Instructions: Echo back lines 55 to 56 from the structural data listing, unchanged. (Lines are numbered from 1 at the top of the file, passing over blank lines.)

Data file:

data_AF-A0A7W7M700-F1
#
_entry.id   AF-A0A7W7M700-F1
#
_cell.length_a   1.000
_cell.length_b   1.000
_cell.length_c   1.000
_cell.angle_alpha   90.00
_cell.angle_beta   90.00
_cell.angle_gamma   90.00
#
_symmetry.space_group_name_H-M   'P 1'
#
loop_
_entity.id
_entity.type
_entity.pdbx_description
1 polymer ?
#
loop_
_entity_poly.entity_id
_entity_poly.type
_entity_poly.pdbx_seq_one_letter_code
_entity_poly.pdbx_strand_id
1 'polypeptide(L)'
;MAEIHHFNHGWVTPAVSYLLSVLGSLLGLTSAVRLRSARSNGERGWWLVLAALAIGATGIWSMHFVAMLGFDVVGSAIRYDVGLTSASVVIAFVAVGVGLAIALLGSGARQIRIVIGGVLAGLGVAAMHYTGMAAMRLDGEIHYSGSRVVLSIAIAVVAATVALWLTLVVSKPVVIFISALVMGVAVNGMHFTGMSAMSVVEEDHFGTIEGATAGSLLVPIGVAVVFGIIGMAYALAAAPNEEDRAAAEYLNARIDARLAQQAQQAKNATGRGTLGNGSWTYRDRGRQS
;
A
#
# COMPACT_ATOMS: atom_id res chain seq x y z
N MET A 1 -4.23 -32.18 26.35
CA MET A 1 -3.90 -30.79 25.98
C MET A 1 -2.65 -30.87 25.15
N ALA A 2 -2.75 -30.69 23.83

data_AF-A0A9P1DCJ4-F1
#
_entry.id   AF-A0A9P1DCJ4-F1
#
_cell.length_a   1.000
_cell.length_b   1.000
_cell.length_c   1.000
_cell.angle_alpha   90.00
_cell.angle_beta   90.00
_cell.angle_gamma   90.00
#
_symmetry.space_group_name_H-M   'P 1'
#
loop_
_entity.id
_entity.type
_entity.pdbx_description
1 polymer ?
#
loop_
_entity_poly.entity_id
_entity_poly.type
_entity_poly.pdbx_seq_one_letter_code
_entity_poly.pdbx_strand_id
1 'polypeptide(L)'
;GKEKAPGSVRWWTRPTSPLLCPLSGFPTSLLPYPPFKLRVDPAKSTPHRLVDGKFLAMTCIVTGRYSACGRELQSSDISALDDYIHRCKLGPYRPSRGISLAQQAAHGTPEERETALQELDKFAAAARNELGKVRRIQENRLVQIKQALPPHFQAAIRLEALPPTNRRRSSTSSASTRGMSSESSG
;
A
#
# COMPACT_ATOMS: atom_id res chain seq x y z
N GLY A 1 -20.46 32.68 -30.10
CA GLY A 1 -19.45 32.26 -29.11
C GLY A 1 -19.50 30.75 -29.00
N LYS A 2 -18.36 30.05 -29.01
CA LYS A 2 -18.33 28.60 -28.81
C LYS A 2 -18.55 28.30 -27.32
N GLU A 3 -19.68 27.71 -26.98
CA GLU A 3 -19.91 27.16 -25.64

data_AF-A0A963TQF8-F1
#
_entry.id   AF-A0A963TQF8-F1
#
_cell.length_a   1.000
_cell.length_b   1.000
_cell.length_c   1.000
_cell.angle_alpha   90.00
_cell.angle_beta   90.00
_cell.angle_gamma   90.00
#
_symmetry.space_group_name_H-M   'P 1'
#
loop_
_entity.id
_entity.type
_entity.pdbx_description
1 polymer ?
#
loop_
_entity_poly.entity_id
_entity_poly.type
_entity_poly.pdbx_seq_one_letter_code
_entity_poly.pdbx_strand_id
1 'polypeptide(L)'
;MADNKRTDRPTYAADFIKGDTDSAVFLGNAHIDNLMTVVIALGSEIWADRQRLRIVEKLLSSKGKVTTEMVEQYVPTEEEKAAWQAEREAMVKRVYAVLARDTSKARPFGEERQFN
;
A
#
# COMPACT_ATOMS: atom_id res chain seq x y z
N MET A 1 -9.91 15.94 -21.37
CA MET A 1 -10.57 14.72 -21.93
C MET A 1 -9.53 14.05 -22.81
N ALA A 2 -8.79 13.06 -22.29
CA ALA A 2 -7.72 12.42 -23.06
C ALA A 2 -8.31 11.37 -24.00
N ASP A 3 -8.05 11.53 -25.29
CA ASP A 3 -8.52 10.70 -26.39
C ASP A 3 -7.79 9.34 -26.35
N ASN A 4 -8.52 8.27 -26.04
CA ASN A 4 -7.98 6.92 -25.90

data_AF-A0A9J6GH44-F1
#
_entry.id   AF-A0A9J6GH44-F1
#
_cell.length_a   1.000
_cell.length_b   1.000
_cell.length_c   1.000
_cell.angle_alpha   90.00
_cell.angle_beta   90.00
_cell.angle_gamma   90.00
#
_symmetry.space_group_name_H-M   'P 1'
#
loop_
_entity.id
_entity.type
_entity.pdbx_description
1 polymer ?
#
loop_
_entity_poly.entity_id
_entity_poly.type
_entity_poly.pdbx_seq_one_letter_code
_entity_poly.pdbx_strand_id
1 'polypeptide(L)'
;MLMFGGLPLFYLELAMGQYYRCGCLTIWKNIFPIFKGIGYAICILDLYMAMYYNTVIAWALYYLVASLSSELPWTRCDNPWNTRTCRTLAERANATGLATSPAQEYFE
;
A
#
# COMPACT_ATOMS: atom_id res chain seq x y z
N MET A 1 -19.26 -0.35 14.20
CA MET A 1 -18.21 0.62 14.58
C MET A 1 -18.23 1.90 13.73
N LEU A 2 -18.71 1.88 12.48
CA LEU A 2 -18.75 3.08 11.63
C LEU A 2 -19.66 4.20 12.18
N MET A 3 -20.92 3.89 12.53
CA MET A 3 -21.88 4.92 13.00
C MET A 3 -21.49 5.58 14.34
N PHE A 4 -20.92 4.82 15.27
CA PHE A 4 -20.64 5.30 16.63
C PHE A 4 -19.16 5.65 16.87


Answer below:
_entity_poly.entity_id
_entity_poly.type